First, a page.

These questions may seem too “big” at first in relation to the Carrier deal, but they get at the fundamental intellectual error that too many people still makes about government’s relationship to markets – the notion that officials have enough information/data about the economy that they can “grow” it by taxing and spending or triggering the right policy levers. Unfortunately, it is one that been thoroughly dismantled since Hayek’s “The Use of Knowledge in Society (1945)”.
Hayek, sparring with planned economy socialists and communists, argued that economic growth was driven by a vast nodal network so complex it exceeds the ability of humans to comprehend sufficiently to alter its path in ways we desire. The destruction and addition of firms and jobs in our economy today is subject to forces that are supremely complex and beyond the computational faculties of the Indianapolis Economic Development Corporation and the Trump administration by magnitudes. The idea that government has enough data to “manage” the economy (incentives, etc.) in any way in order to make it grow faster is a false pretense of knowledge.
Instant communication, big data, computer modeling, and other technologies are driving a great false pretense of knowledge to legislators. Using high processing computer models like IMPLAN and REMI, consultants deliver estimates to legislators that convince them of the exact economic impact the government has made, for everything from business incentives to building roads. I’ve written about how this thinking leads to ridiculous claims like Florida’s “Grow Florida” agency claiming it generated $900 million in economic activity with just $8 million public dollars.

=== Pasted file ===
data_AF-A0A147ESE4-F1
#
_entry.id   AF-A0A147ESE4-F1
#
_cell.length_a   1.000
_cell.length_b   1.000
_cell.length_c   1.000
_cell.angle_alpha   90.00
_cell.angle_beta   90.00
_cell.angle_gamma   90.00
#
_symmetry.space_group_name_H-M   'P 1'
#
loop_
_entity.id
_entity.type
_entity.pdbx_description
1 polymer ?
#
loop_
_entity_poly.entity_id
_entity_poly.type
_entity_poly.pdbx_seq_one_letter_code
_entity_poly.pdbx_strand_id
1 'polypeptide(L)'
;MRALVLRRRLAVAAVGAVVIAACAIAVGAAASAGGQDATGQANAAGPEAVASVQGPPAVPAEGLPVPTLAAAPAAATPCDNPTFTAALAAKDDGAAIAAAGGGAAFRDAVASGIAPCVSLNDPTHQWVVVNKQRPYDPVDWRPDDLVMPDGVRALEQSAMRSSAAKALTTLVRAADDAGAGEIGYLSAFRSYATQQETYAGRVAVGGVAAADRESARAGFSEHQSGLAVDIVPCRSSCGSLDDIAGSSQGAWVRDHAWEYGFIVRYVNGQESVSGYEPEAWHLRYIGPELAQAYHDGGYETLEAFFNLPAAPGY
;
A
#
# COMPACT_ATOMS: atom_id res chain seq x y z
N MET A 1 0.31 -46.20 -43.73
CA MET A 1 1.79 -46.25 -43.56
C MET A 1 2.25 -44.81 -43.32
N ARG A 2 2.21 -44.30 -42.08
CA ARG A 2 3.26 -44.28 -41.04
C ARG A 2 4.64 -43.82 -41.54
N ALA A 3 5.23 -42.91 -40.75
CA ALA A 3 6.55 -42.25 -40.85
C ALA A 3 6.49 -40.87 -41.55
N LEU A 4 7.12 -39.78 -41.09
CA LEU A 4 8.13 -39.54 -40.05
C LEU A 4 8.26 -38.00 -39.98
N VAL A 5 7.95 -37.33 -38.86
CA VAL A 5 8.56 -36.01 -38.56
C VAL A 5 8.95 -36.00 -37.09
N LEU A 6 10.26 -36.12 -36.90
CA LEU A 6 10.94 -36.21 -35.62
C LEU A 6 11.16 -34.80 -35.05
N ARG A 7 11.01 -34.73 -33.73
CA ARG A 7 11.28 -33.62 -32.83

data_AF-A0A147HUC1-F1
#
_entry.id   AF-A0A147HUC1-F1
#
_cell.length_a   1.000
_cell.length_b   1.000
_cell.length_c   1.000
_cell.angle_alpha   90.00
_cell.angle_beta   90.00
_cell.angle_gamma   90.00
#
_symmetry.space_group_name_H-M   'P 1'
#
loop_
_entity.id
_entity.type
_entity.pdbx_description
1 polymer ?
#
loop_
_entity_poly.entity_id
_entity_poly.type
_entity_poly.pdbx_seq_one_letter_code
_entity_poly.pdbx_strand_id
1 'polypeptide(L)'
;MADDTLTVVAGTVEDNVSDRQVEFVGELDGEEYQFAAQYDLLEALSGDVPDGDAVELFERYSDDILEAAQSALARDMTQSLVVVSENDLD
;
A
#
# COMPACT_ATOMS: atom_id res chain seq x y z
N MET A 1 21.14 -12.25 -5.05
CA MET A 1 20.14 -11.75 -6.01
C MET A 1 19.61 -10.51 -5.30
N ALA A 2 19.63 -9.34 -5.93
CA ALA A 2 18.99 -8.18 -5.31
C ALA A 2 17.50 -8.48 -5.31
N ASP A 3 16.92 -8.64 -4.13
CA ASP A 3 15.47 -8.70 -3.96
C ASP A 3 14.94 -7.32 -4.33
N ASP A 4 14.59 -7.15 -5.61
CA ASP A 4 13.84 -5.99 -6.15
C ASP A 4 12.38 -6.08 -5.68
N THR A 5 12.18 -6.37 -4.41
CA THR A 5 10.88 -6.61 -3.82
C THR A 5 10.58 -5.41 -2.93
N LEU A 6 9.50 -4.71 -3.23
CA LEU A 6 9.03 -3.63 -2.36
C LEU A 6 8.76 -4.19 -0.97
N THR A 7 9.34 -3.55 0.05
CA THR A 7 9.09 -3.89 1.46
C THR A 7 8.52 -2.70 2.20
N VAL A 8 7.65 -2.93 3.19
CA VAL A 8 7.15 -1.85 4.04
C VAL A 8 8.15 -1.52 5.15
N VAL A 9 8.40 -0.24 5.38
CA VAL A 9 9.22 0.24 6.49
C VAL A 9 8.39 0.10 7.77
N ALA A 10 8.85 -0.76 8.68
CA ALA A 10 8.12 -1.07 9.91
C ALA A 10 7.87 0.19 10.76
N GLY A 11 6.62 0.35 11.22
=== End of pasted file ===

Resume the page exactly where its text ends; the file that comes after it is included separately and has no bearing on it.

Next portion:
Beyond establishing property rights as well as personal and economic liberties, there is little the government can ultimately do to “grow” the economy. It is a nodal and organic process with nonlinear cyclical growth driven by emotional humans, unpredictable innovation, and a large dose of randomness, making it complex to the point of exceeding human mental faculties.
Even a well-intentioned, government subsidized business decision to entice Carrier to keep factory jobs in the United States is subordinate to the laws of economics. Firms, as they should, are competing for productivity gains to best their competition, and government actions like incentives do nothing to affect this process.
As part of the deal, Carrier promised to invest $16 million dollars in the plant to create jobs. That investment is now going towards automation technology that is replacing those promised jobs. The irony of the situation captures my point – the check could have been $700 million and it wouldn’t be enough to stop Carrier from losing jobs due to automation, which allows for greater productivity than human labor in many instances. They would be overwhelmed by more productive competition even if heavily subsidized by government.
Job destruction and creation decision making revolves around productivity, is complex, and is subject to so much randomness that it is pure intellectual folly to give credit to government for creating anything. The whole process is still largely beyond our understanding. But the Carrier deal reminds us that the government cannot buy out the laws of markets.